Taste Test: Who Makes the Best Natural-Casing Hot Dog in the Bay Area?

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How do Bay Area dogs stack up? [Photographs: J. Kenji Lopez-Alt]

Our Favorite: Caspers

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I may no longer be a New Yorker, but I am a diehard fan of the New York hot dog. Aside from a good slice of pizza, it's the thing I'll undoubtedly miss the most at my new home on the West Coast. The classic New York dog from Sabrett will always be my first true hot dog love, but as a recent (and permanent) Bay Area resident, I know that unless I'm making them myself (or better yet, getting Ryan Farr of San Francisco's 4505 Meats to make 'em for me), I'd better start scouring those supermarket shelves for a worthy hot dog to become my new go-to.

So who makes the best natural casing hot dogs in the Bay Area? I conducted two taste tests—one in San Francisco and a second in New York (yes, I flew on a redeye from SFO to Newark with a bag full of hot dogs) to find out.

The Contenders

First things first: every hot dog worth a damn comes in a natural sheepskin casing. Skinless franks? Get them out of my face. For this taste test, I limited my selection to natural casing hot dogs made exclusively and widely available in the Bay Area. I chose only dogs that can be found in grocery stores and supermarkets—independent butchers or charcuterie-makers were excluded from the taste test.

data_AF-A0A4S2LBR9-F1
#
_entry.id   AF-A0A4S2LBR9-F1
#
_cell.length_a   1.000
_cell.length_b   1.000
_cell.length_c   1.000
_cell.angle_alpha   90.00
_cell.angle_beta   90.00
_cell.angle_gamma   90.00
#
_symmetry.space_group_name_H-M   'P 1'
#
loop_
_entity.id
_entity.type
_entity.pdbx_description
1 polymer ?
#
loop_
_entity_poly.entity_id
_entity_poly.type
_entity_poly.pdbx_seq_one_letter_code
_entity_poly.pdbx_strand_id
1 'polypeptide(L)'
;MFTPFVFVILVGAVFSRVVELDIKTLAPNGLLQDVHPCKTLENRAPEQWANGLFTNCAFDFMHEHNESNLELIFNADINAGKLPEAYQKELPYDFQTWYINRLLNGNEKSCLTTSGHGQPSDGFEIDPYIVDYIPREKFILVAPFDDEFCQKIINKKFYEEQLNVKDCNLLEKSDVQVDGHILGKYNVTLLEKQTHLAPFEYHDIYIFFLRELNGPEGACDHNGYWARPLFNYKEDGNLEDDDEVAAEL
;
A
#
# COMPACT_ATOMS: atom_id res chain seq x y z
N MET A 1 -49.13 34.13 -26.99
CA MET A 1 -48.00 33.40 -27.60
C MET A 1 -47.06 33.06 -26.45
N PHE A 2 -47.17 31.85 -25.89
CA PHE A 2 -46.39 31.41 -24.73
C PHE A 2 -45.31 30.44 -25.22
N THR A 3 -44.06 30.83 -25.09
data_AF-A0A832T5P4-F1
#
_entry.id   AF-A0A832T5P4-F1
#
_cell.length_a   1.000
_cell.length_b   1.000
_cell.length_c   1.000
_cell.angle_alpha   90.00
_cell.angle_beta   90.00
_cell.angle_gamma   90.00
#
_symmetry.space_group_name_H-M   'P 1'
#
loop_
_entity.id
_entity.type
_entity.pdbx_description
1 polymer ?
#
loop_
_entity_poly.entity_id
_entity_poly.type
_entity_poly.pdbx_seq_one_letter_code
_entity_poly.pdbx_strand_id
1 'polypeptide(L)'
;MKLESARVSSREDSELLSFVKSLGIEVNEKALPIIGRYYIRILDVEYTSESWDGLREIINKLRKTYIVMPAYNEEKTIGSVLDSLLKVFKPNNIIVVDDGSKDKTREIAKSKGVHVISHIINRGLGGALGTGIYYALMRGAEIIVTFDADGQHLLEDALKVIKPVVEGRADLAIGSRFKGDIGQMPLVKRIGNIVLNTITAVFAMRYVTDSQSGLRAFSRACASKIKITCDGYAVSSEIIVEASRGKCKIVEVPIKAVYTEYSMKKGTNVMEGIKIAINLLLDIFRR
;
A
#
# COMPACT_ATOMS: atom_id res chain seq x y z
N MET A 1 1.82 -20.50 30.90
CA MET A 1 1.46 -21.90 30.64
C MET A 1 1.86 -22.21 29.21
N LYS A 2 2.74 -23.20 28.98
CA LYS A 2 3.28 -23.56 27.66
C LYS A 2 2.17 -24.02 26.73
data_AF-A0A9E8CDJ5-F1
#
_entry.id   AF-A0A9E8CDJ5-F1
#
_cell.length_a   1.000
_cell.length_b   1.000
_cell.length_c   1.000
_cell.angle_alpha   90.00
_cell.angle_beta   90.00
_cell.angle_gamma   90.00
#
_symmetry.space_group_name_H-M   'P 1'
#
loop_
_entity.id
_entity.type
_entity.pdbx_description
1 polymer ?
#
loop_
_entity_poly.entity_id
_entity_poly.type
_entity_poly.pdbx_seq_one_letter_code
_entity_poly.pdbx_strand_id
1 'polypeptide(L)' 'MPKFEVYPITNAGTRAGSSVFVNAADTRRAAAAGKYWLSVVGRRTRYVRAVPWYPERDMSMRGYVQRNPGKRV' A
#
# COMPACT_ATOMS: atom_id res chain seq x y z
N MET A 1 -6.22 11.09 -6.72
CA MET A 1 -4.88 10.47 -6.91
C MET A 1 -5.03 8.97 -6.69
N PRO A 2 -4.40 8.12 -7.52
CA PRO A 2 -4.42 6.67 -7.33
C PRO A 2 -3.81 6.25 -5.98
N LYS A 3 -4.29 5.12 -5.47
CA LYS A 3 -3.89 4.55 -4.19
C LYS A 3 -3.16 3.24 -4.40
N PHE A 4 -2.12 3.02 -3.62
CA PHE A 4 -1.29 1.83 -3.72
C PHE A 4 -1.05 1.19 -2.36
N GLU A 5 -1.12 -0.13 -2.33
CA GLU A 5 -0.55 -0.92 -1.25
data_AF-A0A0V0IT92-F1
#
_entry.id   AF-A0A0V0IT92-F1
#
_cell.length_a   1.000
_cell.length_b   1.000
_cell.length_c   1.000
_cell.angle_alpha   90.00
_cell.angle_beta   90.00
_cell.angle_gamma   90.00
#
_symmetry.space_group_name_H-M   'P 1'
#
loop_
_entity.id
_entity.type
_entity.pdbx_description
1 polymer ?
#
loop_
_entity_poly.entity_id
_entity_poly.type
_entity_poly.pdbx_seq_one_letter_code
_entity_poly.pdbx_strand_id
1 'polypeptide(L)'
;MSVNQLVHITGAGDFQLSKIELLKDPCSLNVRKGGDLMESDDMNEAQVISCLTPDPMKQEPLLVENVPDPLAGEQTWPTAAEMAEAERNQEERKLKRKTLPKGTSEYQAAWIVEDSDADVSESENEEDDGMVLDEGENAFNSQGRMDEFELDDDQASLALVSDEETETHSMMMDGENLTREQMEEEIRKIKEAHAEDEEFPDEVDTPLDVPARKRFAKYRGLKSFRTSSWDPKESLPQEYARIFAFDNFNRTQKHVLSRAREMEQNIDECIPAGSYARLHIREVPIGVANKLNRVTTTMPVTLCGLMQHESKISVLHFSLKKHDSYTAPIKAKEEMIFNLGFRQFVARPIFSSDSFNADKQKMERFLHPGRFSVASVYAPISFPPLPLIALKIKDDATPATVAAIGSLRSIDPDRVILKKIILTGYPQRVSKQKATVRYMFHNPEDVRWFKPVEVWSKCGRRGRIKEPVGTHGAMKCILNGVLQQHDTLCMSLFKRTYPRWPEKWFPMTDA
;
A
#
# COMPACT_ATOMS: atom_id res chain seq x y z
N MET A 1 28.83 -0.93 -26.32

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This narrowed it down to just three selections (unlike the New York-Michigan corridor, California is not the nation's most prolific hot-dog production region).

The Criteria

Hot dog styles can vary by region—in New York City, a Jewish-influenced smoked all-beef frank seasoned aggressively with garlic and paprika is the frank of choice. In Chicago, you're more likely to find Polish or German-influenced Franks made with beef (or a mixture of pork and beef), along with a sweeter, warm spice-heavy seasoning mixture.

Bay Area brands seem to fall into that same latter category. All of the dogs we tasted were of the snappy, mildly seasoned, sweet-and-warm variety.

The taste test was blind and the hot dogs were all warmed in the oven and cut into pieces. Tasters were asked to taste them plain, and with a little bit of spicy brown mustard. We were looking for evaluations of the hot dogs' internal texture (does it taste firm and meaty? Is it nicely springy? Does it taste overly fatty or greasy, or perhaps too dry and grainy?), the quality of their skins (a good hot dog should have a decisive snap to the casing), their flavor profile (is there a good balance of salty and sweet? Is the spicing pleasant?), and overall impression.

Tasters were also given three votes that could be distributed between the three brands however they saw fit. If one brand was head and shoulders above the other, they could give it all three votes. If they liked them each for their own merits, the vote could be split three ways.

The Results